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up muslims speaking up? yes, and also up to people like me who have a voice within government to make suggestions and proposals, to lobby for diversity. how did your sums respond? my younger son responded extremely well, my older son, for whom it was britain, who is now 16, he read a couple of chapters and decided he had a long life to live and would take his time reading it. he is exactly the target age, isn't he? yes, he is. iwill say he is exactly the target age, isn't he? yes, he is. i will say that i am not particularly worried about him being radicalised. to an extent, i was trying to make a statement to myself and my society. not necessarily my son, but your son, your daughter, they may need the support that i tried to provide in the book. it is a framework that links the texts and the very sort of a bstra ct links the texts and the very sort of abstract legal links the texts and the very sort of a bstra ct legal texts links the texts and the very sort of abstract legal texts that we have
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two—hour humanity. close to need to be linked. if you see a disconnect between the texts that we talk about and our humanity, then we are in trouble. omar saif ghobash, thank you very much for coming on hardtalk. thank you very much. hello there. there was still quite a lot of energy in the atmosphere, during wednesday afternoon some pretty intense thunderstorms broke out across north wales and parts of north—west england. weather watchers pictures coming through of torrential downpours, and there were reports of flash flooding across the rhyl area and parts of western lancashire. during the small hours of thursday, those heavy, thundery showers continue to move their way northwards. quite a wet start to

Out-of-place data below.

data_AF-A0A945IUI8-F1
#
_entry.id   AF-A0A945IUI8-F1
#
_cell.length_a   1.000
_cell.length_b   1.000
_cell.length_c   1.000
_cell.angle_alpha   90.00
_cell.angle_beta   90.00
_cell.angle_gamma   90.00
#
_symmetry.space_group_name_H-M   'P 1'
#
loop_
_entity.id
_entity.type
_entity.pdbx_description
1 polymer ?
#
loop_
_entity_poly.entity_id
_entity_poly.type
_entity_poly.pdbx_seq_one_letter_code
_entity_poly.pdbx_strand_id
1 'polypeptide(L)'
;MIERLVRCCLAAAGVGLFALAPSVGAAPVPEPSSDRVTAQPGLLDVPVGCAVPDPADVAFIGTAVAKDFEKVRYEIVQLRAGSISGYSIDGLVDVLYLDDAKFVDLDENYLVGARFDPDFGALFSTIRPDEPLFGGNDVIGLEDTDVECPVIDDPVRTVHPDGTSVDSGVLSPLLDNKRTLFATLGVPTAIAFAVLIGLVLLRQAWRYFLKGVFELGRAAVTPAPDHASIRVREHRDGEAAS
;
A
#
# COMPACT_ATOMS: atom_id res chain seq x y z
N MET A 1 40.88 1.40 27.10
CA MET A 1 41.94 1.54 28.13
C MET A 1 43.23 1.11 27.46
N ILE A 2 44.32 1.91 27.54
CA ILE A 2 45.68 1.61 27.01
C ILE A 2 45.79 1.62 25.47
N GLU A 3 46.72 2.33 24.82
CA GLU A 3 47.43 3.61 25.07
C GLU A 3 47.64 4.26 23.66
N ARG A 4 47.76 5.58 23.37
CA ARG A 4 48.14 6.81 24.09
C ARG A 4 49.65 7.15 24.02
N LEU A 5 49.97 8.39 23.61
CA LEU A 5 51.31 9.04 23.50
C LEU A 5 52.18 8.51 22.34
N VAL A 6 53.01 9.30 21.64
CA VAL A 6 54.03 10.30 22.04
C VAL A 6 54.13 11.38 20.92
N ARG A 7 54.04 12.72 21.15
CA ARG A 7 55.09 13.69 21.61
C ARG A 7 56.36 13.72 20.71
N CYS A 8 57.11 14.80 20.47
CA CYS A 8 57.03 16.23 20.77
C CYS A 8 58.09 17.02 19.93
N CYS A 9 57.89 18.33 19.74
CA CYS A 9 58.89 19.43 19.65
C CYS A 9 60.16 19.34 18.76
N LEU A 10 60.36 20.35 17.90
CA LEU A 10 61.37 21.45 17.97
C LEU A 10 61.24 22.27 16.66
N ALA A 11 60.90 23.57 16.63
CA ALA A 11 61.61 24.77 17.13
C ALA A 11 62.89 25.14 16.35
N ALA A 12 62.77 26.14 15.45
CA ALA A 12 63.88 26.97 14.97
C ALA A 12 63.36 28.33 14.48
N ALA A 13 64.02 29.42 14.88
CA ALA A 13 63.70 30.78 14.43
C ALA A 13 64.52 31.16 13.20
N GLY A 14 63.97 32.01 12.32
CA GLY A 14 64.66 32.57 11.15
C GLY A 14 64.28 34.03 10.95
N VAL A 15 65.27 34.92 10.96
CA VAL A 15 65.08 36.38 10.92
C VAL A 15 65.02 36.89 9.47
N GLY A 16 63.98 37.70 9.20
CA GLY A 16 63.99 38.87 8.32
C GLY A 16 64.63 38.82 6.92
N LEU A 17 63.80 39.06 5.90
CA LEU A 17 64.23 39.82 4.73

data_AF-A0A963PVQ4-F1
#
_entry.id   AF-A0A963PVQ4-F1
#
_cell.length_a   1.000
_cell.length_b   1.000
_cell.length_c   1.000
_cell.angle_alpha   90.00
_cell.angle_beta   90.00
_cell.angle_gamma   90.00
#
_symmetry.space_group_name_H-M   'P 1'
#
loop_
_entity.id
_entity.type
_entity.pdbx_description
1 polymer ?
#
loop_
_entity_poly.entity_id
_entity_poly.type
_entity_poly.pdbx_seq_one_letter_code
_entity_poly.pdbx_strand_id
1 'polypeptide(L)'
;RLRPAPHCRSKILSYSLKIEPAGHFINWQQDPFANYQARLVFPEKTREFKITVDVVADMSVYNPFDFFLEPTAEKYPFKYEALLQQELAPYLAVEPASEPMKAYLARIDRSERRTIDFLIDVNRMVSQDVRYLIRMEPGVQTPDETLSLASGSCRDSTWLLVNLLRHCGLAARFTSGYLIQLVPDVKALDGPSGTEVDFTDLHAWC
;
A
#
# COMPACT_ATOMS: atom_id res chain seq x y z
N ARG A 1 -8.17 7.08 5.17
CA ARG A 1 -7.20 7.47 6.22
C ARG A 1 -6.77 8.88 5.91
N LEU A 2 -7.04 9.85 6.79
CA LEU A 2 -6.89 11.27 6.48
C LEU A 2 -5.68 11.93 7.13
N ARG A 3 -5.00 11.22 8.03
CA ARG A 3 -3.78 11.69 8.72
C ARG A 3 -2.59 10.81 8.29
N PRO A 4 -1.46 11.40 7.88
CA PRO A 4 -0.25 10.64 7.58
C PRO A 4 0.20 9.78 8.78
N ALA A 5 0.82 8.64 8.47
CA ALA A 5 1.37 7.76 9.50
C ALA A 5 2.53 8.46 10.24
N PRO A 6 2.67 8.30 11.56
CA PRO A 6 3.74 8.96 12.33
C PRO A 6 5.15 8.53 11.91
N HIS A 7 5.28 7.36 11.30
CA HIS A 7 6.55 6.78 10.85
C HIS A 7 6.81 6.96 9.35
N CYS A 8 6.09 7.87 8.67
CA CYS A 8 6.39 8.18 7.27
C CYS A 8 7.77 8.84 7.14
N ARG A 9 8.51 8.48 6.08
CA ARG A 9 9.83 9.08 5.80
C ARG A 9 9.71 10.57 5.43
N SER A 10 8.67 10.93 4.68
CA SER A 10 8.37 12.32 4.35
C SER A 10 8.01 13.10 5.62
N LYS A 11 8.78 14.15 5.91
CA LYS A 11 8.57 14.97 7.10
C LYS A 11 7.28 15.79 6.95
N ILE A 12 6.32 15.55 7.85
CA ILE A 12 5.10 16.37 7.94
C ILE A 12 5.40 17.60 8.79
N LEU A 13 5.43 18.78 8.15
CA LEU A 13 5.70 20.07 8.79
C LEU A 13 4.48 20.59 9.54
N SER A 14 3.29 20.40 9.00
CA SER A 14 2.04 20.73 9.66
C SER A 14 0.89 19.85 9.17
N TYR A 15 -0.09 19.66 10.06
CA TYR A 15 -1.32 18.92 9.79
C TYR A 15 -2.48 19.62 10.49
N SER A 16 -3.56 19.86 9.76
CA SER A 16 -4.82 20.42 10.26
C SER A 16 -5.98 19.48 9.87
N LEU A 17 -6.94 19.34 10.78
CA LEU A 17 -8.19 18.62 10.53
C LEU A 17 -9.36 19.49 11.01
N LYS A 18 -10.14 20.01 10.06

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thursday across scotland. further south, much of england and wales, it's going to be cloudy with showery outbreaks of rain. the odd heavier burst there too. turning a little bit cool and fresh and pushing to the far west, but quite a humid start again for thursday morning across eastern areas. and it means it will be quite a drab start across many eastern areas through the morning, and outbreaks of rain, the odd heavy outbursts too. eventually clearing out into the north sea, becoming more confined towards the north—east of scotland. but something a bit brighter and drier into the afternoon, but with it cooler and fresher air, so you will notice that — highs around 21 and 22 degrees across the southeast. further west, even cooler than that. around the mid—teens celsius, but at least you have the sunshine to compensate. in towards scotland, it's central northern areas will see most of the cloud, outbreaks of rain, the odd heavier burst, particularly across the northern isles. and then into northern ireland, something more showery moving